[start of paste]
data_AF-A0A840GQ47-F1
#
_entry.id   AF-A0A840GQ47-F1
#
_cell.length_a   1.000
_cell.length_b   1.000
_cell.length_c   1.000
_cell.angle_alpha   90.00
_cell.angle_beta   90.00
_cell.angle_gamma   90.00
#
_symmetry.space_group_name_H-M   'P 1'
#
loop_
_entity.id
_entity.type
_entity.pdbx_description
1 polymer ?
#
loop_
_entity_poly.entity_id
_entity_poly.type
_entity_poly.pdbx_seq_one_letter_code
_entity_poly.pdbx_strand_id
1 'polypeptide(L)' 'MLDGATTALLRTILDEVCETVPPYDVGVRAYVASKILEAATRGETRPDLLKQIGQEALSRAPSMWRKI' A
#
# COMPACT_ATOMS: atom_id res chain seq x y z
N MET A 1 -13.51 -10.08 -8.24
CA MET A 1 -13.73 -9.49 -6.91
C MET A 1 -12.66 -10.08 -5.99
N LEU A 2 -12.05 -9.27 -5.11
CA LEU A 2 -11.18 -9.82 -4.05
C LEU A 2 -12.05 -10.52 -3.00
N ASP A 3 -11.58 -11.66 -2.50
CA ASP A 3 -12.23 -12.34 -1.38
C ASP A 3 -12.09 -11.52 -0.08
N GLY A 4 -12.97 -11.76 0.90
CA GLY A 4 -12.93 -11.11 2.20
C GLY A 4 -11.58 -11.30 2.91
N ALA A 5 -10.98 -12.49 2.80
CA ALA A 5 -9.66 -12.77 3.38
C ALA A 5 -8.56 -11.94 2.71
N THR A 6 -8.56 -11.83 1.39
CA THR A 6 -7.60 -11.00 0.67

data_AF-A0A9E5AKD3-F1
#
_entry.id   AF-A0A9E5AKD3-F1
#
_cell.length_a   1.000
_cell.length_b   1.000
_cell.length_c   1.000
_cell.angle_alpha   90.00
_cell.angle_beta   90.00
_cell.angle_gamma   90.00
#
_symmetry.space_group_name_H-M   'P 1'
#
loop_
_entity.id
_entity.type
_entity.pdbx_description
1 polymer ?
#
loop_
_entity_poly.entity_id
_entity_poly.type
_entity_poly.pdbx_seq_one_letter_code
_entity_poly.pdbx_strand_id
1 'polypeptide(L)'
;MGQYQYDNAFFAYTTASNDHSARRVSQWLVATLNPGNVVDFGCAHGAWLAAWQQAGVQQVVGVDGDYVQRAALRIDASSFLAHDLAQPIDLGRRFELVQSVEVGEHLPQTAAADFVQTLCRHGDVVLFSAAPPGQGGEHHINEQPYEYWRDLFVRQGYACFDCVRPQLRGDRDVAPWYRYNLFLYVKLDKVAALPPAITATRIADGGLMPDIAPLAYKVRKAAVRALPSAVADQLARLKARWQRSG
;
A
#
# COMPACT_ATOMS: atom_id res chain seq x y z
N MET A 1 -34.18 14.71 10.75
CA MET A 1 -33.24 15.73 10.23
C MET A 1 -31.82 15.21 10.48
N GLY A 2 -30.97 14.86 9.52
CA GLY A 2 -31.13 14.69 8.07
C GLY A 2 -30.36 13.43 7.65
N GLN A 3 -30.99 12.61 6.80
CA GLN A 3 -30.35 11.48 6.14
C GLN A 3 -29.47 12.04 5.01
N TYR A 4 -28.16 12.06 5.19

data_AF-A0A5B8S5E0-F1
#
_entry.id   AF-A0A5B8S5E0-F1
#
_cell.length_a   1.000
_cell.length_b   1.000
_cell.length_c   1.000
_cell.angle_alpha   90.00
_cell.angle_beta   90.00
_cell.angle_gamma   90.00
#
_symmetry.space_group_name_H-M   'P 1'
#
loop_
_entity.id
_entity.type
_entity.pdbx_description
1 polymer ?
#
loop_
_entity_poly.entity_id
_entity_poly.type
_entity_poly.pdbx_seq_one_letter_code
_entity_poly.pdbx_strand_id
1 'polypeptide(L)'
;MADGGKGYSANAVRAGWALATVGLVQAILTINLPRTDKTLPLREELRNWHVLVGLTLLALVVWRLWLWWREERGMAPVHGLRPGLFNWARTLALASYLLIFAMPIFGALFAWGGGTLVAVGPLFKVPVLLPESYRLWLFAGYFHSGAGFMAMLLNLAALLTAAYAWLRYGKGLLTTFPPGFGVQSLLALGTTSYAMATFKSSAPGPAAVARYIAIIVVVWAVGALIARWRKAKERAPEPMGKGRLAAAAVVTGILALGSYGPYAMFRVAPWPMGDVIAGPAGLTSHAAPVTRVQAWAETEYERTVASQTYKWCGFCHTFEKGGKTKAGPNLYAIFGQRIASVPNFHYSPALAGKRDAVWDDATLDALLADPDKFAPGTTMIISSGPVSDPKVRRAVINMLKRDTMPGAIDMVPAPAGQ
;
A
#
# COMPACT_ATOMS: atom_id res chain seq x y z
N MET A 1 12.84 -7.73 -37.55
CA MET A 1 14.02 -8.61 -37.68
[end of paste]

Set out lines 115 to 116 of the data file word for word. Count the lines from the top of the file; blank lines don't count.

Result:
N MET A 1 12.84 -7.73 -37.55
CA MET A 1 14.02 -8.61 -37.68